Francesco Milleri (pictured right), 62, non-family chief executive of EssilorLuxottica, said the company decided to complete the integration without further delay as its “strategic rationale” remained unchanged.
“After two years of efforts and relentless work, we are now ready to turn a page and start a new chapter of EssilorLuxottica’s history, with GrandVision,” Milleri said.
“As the industry returns to growth following the pandemic, we believe this is the perfect time to expand our retail network, so that we can engage more effectively with consumers and thus raise the visibility and quality of the entire industry.”
Founder and father of six Leonardo Del Vecchio (pictured above left), 86, is the chairman of EssilorLuxottica. The Italian billionaire tycoon was its executive chairman when his Italian eyewear conglomerate Luxottica merged with the French optics manufacturer Essilor in 2018. Del Vecchio voluntarily stepped back from executive responsibilities in late 2020 to preserve the company’s “equal powers principle” among shareholders after a governance reshuffle.
Albert music publishing dynasty ventures into impact investing
The Albert family, the fifth-generation Australian clan that made its fortune in music publishing, has launched its first $12 million early-stage impact venture fund.
The family entertainment business Alberts is known for nurturing countless homegrown artists, including AC/DC, the Easybeats, John Paul Young and Baz Luhrmann. The family officially launched Alberts Impact Ventures in late June with the aim of closing 20 pre-seed, seed and Series A investments over the next three years.
The family fund intended to support the next generation of musicians, as well as address social issues, such as mental health and wellbeing, equality and environmental sustainability. Alberts has already invested in seven startups, including renewable energy retailer Amber Electric, online gig booking platform Muso and Sendle, Australia’s first 100% carbon neutral courier.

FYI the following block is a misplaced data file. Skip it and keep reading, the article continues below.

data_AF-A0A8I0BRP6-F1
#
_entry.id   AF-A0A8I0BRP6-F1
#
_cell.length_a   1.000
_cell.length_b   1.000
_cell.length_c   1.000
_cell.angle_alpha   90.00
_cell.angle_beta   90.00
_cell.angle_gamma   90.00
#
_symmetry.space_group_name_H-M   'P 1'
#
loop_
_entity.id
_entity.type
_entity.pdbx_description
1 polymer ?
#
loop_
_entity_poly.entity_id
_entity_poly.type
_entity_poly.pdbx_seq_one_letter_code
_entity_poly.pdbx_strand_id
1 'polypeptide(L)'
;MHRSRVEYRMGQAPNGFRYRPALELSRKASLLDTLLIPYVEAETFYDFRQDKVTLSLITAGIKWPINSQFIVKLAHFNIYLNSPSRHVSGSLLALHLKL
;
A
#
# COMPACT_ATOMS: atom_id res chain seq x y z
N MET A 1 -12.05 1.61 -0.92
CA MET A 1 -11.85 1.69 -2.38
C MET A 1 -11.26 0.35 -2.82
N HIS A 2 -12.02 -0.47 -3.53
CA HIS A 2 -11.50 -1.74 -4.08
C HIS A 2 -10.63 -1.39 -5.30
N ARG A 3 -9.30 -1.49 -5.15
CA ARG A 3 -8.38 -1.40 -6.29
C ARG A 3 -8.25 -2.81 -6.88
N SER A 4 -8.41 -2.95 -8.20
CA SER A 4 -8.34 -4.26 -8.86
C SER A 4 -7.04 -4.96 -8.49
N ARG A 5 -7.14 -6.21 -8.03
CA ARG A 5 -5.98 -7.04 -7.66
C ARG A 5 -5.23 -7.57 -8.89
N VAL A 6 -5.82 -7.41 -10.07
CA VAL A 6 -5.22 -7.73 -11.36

Alberts, based in Sydney, is led by David Albert (pictured above left), as chief executive, with siblings Ingrid, Emily and Kirsty Albert (pictured below right) as executive directors. David Albert joined the family business in 2004 after working in marketing roles for Coca-Cola, Eastman Kodak, Kellogg’s and Australian telecommunications companies Optus and Telstra.
The fifth-generation cohort in control are descended from Swiss immigrant watchmaker Jacques Albert, who opened his timepiece repair shop in Sydney’s Newtown in 1885. The founder catered for the public’s growing appetite for music as entertainment by opening Albert’s Music Stores in central Sydney, selling instruments and sheet music. Successive Albert generations helped shape Australian pop culture through their diversifications into music publishing, public and commercial broadcasting and film and television production.
However, David Albert was concerned by the disruption of digitalisation in the music industry by 2016. He supervised the sale of the family’s original 131-year-old music business, J Albert and Son, to the newly formed Australian arm of German media giant BMG. The family has retained its ownership of lucrative publishing rights to an estimated 100,000 songs, notably by the seminal Australian rock bands AC/DC and the Easybeats, but also the Harry Vander, George Young and Stevie Wright catalogues.